These three views rely on the viewer’s context to launch a place into a Sacred sensibility. Religion. Family. Humanity. Maybe that is because both the viewers and the creators of these spaces are humans. In trying to make Sacred Space, are architects prisoners of their history, the context of who they are and where the project is?
Can we create life in the places we design that is beyond provenance? Or does the exquisite humanity of architecture make every attempt impossibly idiosyncratic? Architecture directly connects humans to our physical world. But I have come to believe that architecture can make spiritual connections as well. Spiritual connection happens whether we conspire to create it or not – just listen to music.
Architecture, as Goethe said, may be “frozen music”, but the language of music is sound, fully received and connecting to our brains in ways that are instant and direct. Architecture uses a more indirect path to do the same thing. Architects use materials to make shape, create space, capture light, manipulate sound, direct movement, focus attention – but more, architecture is triggering in ways music is not.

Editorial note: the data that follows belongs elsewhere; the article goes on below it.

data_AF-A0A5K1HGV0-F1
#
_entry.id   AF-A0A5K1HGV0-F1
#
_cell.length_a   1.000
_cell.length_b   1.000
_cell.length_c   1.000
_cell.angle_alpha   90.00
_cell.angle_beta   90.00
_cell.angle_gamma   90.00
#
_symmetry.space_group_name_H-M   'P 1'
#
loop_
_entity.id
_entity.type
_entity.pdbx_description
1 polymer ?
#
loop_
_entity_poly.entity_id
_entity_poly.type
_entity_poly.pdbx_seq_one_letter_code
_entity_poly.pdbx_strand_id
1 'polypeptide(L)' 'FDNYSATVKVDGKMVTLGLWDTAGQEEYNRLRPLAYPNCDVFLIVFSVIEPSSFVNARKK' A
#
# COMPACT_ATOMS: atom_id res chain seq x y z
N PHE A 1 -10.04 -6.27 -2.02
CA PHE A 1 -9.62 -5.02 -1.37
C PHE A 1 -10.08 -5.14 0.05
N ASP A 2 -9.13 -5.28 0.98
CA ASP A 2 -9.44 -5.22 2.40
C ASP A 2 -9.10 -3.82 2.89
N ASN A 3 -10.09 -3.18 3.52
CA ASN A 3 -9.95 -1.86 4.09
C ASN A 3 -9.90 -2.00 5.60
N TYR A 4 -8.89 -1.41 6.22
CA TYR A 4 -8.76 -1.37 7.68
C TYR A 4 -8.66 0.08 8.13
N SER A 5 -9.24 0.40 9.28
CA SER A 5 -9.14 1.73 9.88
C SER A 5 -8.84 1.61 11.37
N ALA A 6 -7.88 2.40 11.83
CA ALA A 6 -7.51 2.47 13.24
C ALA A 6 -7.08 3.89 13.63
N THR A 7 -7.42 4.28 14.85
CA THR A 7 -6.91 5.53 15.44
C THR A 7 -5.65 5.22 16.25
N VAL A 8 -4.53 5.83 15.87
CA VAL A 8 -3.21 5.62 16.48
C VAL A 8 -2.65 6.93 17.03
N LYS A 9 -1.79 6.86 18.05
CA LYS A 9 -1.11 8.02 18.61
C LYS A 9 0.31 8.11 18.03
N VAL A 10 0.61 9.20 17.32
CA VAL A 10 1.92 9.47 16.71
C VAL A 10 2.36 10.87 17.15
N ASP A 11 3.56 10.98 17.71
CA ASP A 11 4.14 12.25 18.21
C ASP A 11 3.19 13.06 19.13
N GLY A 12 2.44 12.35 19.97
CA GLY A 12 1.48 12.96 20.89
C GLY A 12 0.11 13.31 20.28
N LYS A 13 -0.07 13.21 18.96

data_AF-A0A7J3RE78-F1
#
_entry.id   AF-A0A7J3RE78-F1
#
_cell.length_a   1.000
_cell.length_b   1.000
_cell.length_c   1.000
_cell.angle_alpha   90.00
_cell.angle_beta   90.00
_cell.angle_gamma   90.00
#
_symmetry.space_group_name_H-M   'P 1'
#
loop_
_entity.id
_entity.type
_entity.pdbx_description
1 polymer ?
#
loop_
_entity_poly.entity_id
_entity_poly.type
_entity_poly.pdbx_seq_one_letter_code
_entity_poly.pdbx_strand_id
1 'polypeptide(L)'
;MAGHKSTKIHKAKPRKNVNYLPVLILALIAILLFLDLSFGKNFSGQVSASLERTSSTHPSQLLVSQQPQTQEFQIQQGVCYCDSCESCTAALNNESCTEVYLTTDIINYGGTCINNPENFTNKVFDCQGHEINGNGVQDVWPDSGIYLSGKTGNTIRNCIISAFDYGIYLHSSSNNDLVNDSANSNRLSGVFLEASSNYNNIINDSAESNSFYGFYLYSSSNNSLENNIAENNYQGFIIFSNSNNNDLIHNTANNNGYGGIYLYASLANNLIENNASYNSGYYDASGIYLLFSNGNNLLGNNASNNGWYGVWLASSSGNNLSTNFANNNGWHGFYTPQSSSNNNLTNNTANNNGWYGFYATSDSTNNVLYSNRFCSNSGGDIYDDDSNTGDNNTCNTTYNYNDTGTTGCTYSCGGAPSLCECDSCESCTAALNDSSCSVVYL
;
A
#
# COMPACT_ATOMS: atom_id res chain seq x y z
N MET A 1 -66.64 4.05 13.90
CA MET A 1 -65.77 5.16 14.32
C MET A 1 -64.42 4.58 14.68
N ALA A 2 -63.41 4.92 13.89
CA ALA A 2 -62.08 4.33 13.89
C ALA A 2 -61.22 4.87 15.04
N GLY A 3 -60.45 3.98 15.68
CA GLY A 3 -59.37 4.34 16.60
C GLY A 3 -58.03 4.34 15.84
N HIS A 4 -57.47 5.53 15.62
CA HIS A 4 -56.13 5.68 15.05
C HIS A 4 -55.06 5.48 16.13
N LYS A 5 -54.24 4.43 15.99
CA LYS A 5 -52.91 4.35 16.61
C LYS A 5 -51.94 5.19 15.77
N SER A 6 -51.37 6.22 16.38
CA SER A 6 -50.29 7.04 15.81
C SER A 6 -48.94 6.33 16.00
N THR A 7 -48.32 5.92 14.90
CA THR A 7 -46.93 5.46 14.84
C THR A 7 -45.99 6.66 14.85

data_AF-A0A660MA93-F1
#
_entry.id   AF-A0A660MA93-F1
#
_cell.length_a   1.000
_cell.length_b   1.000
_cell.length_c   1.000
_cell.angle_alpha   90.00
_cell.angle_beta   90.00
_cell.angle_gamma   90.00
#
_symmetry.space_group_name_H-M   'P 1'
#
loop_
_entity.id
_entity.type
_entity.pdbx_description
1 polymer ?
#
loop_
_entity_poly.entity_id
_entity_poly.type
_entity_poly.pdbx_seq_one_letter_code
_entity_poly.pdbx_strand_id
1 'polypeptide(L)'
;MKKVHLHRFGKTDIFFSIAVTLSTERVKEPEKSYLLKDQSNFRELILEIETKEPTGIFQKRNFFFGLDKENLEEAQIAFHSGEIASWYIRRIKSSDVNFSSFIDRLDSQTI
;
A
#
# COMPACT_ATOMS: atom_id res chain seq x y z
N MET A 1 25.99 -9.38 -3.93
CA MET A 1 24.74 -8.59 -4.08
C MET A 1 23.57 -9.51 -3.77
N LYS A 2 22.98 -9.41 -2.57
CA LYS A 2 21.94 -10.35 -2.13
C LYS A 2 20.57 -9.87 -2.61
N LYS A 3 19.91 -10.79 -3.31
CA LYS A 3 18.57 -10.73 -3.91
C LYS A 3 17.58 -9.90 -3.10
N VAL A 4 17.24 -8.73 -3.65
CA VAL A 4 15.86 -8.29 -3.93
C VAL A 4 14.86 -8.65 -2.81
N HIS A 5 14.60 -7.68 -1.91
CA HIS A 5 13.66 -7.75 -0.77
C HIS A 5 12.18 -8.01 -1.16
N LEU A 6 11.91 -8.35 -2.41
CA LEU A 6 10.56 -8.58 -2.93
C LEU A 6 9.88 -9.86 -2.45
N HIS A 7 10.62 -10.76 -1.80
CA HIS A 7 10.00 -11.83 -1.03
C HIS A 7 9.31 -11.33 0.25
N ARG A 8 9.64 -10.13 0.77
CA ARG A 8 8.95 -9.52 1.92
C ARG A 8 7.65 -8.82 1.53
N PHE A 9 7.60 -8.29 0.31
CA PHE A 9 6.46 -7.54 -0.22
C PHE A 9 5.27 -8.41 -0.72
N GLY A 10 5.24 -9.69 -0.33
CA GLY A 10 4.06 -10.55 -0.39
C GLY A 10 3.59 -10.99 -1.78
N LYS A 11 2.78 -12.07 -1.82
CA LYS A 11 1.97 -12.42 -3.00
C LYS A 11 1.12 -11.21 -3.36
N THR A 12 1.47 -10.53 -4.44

You can turn the volume of music up or down, or just “Off”. Architecture is often unavoidable and exists on every plane we humans do. It is as universal in our perception as the natural environment all around us. Unlike religion, architecture as no ritual, it is the essence of what the entire physical world offers as created by humans.
It could be said that humanity has fully distorted the natural world, inveighing climate change, COVID19, and any number of dramatic deviations from what the world would be without us. But the world is with us. We are part of the world. Architecture may be the only place that physical Grace can mitigate humanity’s hubris and tone-deaf self-interest. In a time when our world is suffering from endless profanities, it may be time to value the possibility of the Sacred being part of the places we make.
Can we architects rise to the challenge for the potential of creating the Sacred in an unholy mess of a time?